MISCELLANEOUS GLEANINGS. THE PINK OF EUROPEAN CIVILIZATION- According to Count Chabrol's Researches, the population of Paris in 1828, was 890,431 bur, according to Ibe official returns of 1831, it had declined to 770,283 The following facts, too, are no ways flattering to Pari»ian pride :-Oiiefourih of those who die, die so poor, that they are buried gratuitously one- in every 150 persons dies in an hospital one in every eleven deaths is violent one one out of every thirty individu ils lives 00 charity and in every 180 persons, one of them is of up. sound mind.. WITCHCRAFT.—A ludicrous exhibition took place on Wednesday before the Bench of .Magistrates Hocking. A woman of the name of Rust, residing • VVeathersfield, preferred a charge against her sigter husband of being a wizard, and practising necromancy She said tlie man was constantly in the habit of practising unlawful acts, by which he raised great numbers ofYOti"g spirits, called imps and that on one occasion all lIe heaters in the house flew about the rooms in every l"r.e £ tion. The Bench reprimanded the foolish woman for ',e, folly in believing any such ridiculous things, and disuii<>se il)e c,)tijplaint.- Essex Iiidepetident. HORACE VERNET.-Horace Vernet HAVING been charged by Government to paint some of the acti" fought between the French and the Arab ,r' of the Atlas, and the plains of'Africa, a brig of royal navy, the Comete, will shortly proceed to Cvitl Vecchia to take him on board and convey him to A Igier,, whence it will afterwards take him back to ItalY.- French Paper. GERMAN ROBBERS.—Extract of a letter OT the 24th ult. from Munich We learn, that the magl" trates of VVessobrnnn have lately discovered a cavef occupied by robbers, the entrance into which was completely covered by brushwood, that even a dog cotd not make his way into it. The interior was spn cioug, and contained implements for coining. A canal walt formed from the bottom, which drained the water into the neighbouring river. It appears that this cavern floo existed for two or three years, and that the banditti have inhabited it and have committed within that peri0" several murders in the district of Lansberg, amount twp hundred. — Paris Journal. 1'HE ROSE AND THE THORN.—-When nature her M(-S two hundred. Pai-is Jotip-tiaL FuE Rose AND THE THORN.—-When nature her mfi6t • beautiful flower, the rose, through her all-powerful' creative breath, had formed,—thus spoke the spirit O« the rose-tree to the angel of the flowers. Wilt THOJ| not the weak invest with a defence against violence AND evil I Thou has given to the thorn large piercing prickles." 't'he thorn," answered the angel of the flowers, "belongs not to an honourable class, but to infe. rior servants in the kingdom of creation. Its appoir.t. ment is to protect the weak creature against the STRONG and therefore has nature clothed it with sharp Points. However, thy wish shall be fulfilled." Thus spoke tl'c I spirit, and surrounded the stalks of the rose with llgh prickles. Thus said the spirit of the rose, NVhei-efore, these weak thorns—they cannot a noble flower protect- Then answered the angel of the flowers- I They Wi yet defend you from the hasty hands of children. OP" position only renders evil yet more strong. Thehely A°^ the beautiful ha\FE their defence in themselves, does nature endow them with the most delicate GUARR which warms, but wounds not. Tenderness is the BE5 companion of the beautiful. Thus is innocence adorne1 with modesty and blushes."—(From the German 0 Krummacher.) SOCRATES AND KUITIAS.—Socrates one day to a circle of his scholars on the all-watchful foresign of the Godhead, which sees all, hears all, is prese'1 over all, and for all provides, and how, the more seek and know it, the more we worship it. Then, CON* ceived the wise teacher in the emotion of his heart picture from the songs of the incomparable Omer, aO compared the foresight of the Godhead to a mothe1"' who gently and unseen brushes away the flies from HE infant, sunk in sweet repose. Now Kritias amongst his scholars; he, the traitor who doomed him death. And he laughed at the comparison, for lie thought it mean and unworthy. Thereon he laughd and scorned in his heart. But Socratcs marked and penetrated him with his looks. And he turnE to him, and said, "Dost thou not perceive, my DE* Kritias, how near the mortal is, in its simple FORT11' related to the immortal?" Then Kritias went AWBG with a scornful heart; but Socrates continued to LEETUI to his pupils. When Socrates hereafter, through T" iniquity of Kritias, was condemned to death, doomed to drain the poison cup, then remembered V1 tyrant the words and the comparison of the man. And he approached him, and said scorning'^ Socrates, will the Gods now sweep away the flies (TO thee?" But Socratcs smiled and said—"The Godhea < Kritias, will lead me now after a full day's work to J sweet sleep. And shall I then fear the Hies?"—'J, I ORIGINAL CHARACTER OF TITHES.—" Because thro"? the providence of Divine mercy, we know it to be the providence of Divine mercy, we know it to be r ordered, and by the church's publishing it far and DeOr every body hath heard, that by the distribution of AIM | persons may be absolved from the bonds of sin, and a | quire the rewards of heavenly joys, I, Stephen, by J grace of God, King of England, being willing to ha part with them, who by an happy kind of trading, change heavenly things for earthly and smitten the love of God, and for the salvation of my C>WNF9<,A)L and for the souls of my father and mother, AND FOR my forefathers and ancestors, do give unto God, AND the church of .St. Peter, tithes and other donation3, -(Seldeti, cli. 11, s. 1.) THE DOG AND THK RAVEN.—A curious anecdote OF A RAVEN IS RELATED IN THE GENTLEMAN'S MAGAZINE. HE LIYEJ MANY YEARS AGO AT THE RED I.IONINN, HUNGERFORD, AN WAS CALLED RAFE. IT IS GIVEN IN THE WORDS OF A WHO LODGED AT THE INN COMING INTO THE INN YAJ\^ I SAYS HE, MY CHAISE RAN OVER AND BRUISED THE LEG OF NO J NEWFOUNDLAND DOG; AND WHILE I WAS EXAMINING THE 1 V JURY, RAFE WAS EVIDENTLY A CONCERNED SPECTATOR; FOR I MINUTE THE DOG WAS TIED UP UNDER THE MANGER WITH N1" J HORSE, RAFE NOT ONLY VISITED HIM, BUT BROUGHT HIM BOR»E < I AND ATTENDED HIM WITH PARTICULAR AND REPEATED MARKS J KINDNESS. I OBSERVED IT TO THE OSTLER, WHO TOLD ME TJ> > THE BIRD HAD BEEN BROUGHT UP WITH A DOG, AND THAT TJ> I AFFECTION BETWEEN THEM WAS MUTUAL, AND THAT ALL J NEIGHBOURHOOD HAD BEEN WITNESSES OF THPIR MANY I PROCAL ACTS OF KINDNESS. RATE'S POOR DOG AFTER A VVB' | BROKE HIS LEG, AND DURING THE. LONG TIME HE WAS | Rafe waited on him constantly, carried him his PR0LY I sions, and scarcely ever left him alone. One night. accident, the stable door had been shut, and Rafe BA J been deprived of the company of his friend the VV^0_0 NIGHT; BUT THE OSTLER FOUND IN THE MORNING THE DOOR > PICKED AWAY, THAT HAD IT NOT BEEN OPENED, IN ANOT!^Y I HOUR RAFE-WOULD HAVE MADE HIS OWN ENTRANCE.—M LANDLADY CONFIRMED THIS ACCOUNT, AND MENTIONED SEVER J OTHER ACTS OF KINDNESS SHOWN BY THIS BIRD TO ALL DOG3 general, but particularly to maimed or wounded ones-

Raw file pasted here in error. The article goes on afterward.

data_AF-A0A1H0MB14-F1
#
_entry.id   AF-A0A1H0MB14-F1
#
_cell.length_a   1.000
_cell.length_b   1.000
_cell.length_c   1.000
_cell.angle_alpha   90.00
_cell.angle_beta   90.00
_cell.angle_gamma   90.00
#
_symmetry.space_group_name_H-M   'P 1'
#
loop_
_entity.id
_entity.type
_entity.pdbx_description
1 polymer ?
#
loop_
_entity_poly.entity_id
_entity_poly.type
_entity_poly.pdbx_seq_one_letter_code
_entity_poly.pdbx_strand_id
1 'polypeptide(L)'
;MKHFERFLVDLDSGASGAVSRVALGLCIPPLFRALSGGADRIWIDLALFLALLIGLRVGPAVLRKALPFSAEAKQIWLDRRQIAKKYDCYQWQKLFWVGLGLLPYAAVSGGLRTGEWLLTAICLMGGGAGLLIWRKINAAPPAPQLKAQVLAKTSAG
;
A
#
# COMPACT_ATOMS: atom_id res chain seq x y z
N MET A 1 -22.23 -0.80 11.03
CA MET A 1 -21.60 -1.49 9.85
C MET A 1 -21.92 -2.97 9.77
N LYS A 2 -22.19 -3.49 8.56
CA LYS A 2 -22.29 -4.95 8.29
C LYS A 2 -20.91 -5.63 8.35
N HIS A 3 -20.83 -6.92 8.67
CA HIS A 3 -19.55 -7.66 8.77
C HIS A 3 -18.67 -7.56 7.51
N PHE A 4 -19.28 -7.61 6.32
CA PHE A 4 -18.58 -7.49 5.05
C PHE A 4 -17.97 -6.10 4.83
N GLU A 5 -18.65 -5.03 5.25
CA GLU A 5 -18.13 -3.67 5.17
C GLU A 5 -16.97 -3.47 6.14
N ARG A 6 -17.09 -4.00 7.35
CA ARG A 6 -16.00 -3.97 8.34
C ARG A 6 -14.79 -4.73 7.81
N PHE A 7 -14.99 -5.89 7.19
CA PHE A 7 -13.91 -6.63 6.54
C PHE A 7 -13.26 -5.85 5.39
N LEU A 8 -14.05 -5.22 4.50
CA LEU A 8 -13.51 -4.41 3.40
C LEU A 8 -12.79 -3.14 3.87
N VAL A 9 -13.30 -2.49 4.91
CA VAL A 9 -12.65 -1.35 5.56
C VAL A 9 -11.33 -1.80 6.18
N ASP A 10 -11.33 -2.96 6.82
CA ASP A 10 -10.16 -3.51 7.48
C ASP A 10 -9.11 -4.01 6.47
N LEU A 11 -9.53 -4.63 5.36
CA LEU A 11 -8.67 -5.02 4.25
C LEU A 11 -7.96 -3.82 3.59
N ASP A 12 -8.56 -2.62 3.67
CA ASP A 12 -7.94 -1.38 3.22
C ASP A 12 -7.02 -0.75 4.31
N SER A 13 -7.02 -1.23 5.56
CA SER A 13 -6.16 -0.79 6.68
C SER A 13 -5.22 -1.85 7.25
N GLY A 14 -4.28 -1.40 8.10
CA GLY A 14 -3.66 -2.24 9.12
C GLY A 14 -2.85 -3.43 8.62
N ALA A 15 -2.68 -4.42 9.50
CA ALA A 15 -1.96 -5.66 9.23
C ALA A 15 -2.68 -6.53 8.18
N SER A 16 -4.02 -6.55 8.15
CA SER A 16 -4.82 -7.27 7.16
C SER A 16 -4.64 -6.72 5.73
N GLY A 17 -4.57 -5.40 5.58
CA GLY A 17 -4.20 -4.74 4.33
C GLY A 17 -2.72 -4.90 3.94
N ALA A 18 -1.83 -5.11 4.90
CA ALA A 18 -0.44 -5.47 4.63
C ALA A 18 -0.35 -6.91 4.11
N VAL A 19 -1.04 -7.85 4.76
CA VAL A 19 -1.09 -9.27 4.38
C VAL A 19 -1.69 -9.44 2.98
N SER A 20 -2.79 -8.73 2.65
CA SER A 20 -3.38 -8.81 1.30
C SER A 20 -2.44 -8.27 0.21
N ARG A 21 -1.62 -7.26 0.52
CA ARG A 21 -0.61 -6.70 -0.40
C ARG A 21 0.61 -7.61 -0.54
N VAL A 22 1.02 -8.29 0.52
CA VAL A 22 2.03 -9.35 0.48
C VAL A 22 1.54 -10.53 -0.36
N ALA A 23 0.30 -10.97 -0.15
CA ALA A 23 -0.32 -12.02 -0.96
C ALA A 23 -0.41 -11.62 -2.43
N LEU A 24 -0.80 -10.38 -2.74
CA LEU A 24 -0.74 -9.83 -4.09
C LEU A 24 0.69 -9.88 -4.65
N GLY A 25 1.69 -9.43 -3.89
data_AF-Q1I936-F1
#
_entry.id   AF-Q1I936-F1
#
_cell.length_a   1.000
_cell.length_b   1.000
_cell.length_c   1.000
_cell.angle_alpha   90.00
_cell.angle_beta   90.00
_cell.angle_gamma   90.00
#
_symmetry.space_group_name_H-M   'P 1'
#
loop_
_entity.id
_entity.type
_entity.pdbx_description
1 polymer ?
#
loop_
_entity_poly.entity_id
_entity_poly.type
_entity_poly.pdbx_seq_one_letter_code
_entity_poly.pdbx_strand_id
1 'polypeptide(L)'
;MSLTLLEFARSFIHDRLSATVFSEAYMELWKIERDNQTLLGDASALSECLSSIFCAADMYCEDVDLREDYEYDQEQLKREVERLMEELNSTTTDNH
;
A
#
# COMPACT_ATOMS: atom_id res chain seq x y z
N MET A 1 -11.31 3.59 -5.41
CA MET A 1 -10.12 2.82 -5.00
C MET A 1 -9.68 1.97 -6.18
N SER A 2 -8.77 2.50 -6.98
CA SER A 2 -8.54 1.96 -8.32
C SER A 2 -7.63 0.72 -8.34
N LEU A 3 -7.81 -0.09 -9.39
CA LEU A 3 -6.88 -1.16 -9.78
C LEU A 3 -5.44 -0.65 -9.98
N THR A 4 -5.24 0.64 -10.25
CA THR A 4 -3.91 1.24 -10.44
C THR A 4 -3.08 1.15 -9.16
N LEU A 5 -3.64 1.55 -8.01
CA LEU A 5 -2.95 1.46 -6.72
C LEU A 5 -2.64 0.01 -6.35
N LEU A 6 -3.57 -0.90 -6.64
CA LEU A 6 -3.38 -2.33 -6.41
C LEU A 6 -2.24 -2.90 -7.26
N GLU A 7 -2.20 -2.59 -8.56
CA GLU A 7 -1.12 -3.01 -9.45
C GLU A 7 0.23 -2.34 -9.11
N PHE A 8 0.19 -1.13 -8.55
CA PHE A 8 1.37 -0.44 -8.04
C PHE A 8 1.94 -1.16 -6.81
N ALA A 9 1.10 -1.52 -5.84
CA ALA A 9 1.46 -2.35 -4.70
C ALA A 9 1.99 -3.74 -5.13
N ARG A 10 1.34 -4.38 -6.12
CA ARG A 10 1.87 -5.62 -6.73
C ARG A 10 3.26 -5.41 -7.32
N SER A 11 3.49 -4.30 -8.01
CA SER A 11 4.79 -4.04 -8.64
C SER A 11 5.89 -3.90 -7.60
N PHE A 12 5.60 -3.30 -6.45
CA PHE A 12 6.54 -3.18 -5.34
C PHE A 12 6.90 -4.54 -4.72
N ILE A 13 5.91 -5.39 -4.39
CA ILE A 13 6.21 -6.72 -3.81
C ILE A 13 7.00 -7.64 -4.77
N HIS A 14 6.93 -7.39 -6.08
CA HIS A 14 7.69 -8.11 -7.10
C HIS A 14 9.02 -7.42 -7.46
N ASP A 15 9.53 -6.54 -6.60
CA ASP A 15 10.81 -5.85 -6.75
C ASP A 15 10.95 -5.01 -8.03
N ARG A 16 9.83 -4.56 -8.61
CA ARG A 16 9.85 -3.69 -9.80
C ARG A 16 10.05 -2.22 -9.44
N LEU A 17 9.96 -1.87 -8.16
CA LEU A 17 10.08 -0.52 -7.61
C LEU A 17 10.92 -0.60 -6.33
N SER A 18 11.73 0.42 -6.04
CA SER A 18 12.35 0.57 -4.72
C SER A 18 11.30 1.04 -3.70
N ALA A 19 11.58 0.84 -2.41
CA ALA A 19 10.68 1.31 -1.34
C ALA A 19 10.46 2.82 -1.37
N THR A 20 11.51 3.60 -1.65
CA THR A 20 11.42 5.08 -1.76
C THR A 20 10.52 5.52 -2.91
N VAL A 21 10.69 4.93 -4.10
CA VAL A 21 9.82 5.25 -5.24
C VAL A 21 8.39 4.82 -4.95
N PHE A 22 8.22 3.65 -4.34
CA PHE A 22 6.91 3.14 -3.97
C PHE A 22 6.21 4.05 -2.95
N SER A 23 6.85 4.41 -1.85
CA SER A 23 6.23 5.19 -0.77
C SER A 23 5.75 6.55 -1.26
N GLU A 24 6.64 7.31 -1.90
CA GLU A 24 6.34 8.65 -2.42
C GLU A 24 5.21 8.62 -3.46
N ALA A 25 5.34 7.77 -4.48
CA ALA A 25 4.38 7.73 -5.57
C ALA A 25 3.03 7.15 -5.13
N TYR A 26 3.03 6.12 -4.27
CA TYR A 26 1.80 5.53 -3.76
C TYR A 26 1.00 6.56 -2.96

FROM FRIDAY'S LONDON GAZETTfi- BANKRUPTCY ANNULLED. | J. SHARMAN, BIRMINGHAM, GROCER. I BANKRUPTS. G. B. Johnson, High street, Wapplnj, corn merchant. I J. C. Pelhatv, Shad Thames. Horselydown, whaifinder. VV. G. Sttibley,Castle street, Souihwark, hal H. I'oeock, Leather lane, ilea'.tr in potatoes. F. Gates, Bridges street, Covent g.irden, hotel keeper. VV. Moors, Ludtvortli, Derbyshiie, cotton manufacturer. Eo Badger, Merthyr Tydvil, Glamorganshire, currier- P. Massay, Longsight, near Manchester, cv>ach proprietor. r J. Robinson, Cockermouth,Cumberland, woollen maunf-'ct 1>I V1DKNDS. May 25, J. Jenkins, Lostwithiel, Cornwall, cabinet m May 24, C. Wood, Abchurch lane, hill broker—May '■2^» and Cleu<li, London street, Fenchuicti street, merchant* 2-t, W. M ibley, New Bridt'.e street, Vauxhall, pawnbroker— 30, L. Dauby and W. Wood, HortiC.iaUe, Lincolnshire, ilrape_. May 24, A.Wright and J. Woodhead. Honl»y, Yorkshire, June 3, P. Allen and J. Smith, Alcester 1111(1 Haselor, %VAI"Iflc r, shire, inillers-Alay 27, T, Maddocks, Liverpool, timber toe chants-May 27, J. Twemlow, Oldlidt", cotton spinner. CEHTIFIC \TES-l\IA Y :is, lollr B. Bowman and W. Thompson, Commercial road, J10 0g, manulacturets — H. Carter, Hastings chymi«t—J. Dick Ul vers ton, Lancashire, scrivener—J. ami W. Spencer, Sheffield,Northumberland, »teel Ble manuf icturers—F. L- Kingston upon Hull, wine merchant—A. Nico l, Gondnii s Kond street, tailor—C, Ryland, Birmingham, trou merrn»i jj W. E. J. Neep, Norwich, silversmith—D. I. Noad, Cop COURT, COMMISSION AGENT. 1
FROM TUESDAY S LONDON GAZETrP I INSOLVENT. [ FTLAYTJ—P. BOND, VVORCE<TER, WIUE .UERCHIIIT J BANKRUPTS. I J. Saunders, Abergavenny, Dionmouths'iiire, nLirt;(:ryinall, W.DICKINSON, EWER STREET, SOUTHWARK, HAIR MANUFACTURE I W. LEE, CUSTOM HOUSE, COMMISSION AGENT. | R. JONES, BRIDGE STREET, SOUTHWARK, HAT LEATHER CUTLER. J T. ROUTLEDGE, SHREWSBURY, SHROPSHIRE, SCRIVENER. I J. RADCLIFFE, STOCKPORT, CHESHIRE, COTTON SPINNER. I J. MARSTUU, MARKET ITASIU, LINCOLNSHIRE, SURGEON ) E. Roberts, Tyn-y-Coed, Carnarvonshire, pi? drover. S. and J. Martin, Clieltenham-;y"Bath, silversmith'. W. Atwood, Leives, Su sex, maker. VV. Biidge, jun., and J. Standring, Manchester, timber chants. DIVI I)E NDS. 10, May 30, E. Martin and T. C. Barker, Regent's palk S8 Jt. Cumberland market, Maryltbone, coal merchauts—May !I'øflJ Priestley, High Holborii, bookseller-M.ty 2V. C. Both& jsf C. Brlnsden, New Bond street, Hanover «)iiare, milliners- faf,I i0, T. Frith, High Holborn, ironlllt)ner-May 31, C. Upper Montague street, Marylebone, horse dealer— C.T. Heath, Seymour place, Euston square, engraver— v' \V. Lewis, Heading, Berkshire, retail brewer—May :.>9. SO. Chambers and W. Richardson, Milk street, atere R. Hulley, sen. Maldon, Esiex, tailor—May 31, *>'• "j|» Newark upon Trent, Nottinghamshire, miller—June 4, ^'juttf'1' burn, Newcastle upon Tyne, npholeterer—May 31, J• ,gt0'' Nottingham, lace manufacturer—May 31 J. Earle, K' jpg* upon Hull, stone mason-May il, T. Bush, Beeston, N ^tl" ham, lace manufacturer—June 4, G. Cuboru, Hornr|i»,TI,' Lincolnshire, innkeeper —May 31, J- Raby, Darlington, tl,il"»f tea dealer—June 5, J. Wood. Hood, Ywrkshire, cloth m igl turer—June 5, J. Cooper, Liverpool, bone dealer-.Sla)r 160 Sergeant Ross, Lincolnshire, maltster—May 28, T. ,°'j'h0" Kirton in Lindsey, Lincolnshire, scrivener—May 23, J- ISrouglilon, Lincolnshire, merchant—May 31, F. Lear, ^ti wood hill, Gloucestershire, tallow chandler—Slay glid* W, H. Rideing, Liverpool, merchants—Jnne 10, H. QfO3*' W«odfold park, Lancashire, merchant—June to, J. Burnley, Lancashire, cotton spinuer. CERTIFICATES—MAY 2S. BK R. Gale and R. Mayor, Mancbestei. dyers—J. Muc mingham, stamper—J. Swain, Manchester, woollen ( Holmes, (Liverpool, wine merchant—W. Hanki"< :.(o»l'e •Lancashire,stone mason— C, Hawkswerth, Liverpool' ■i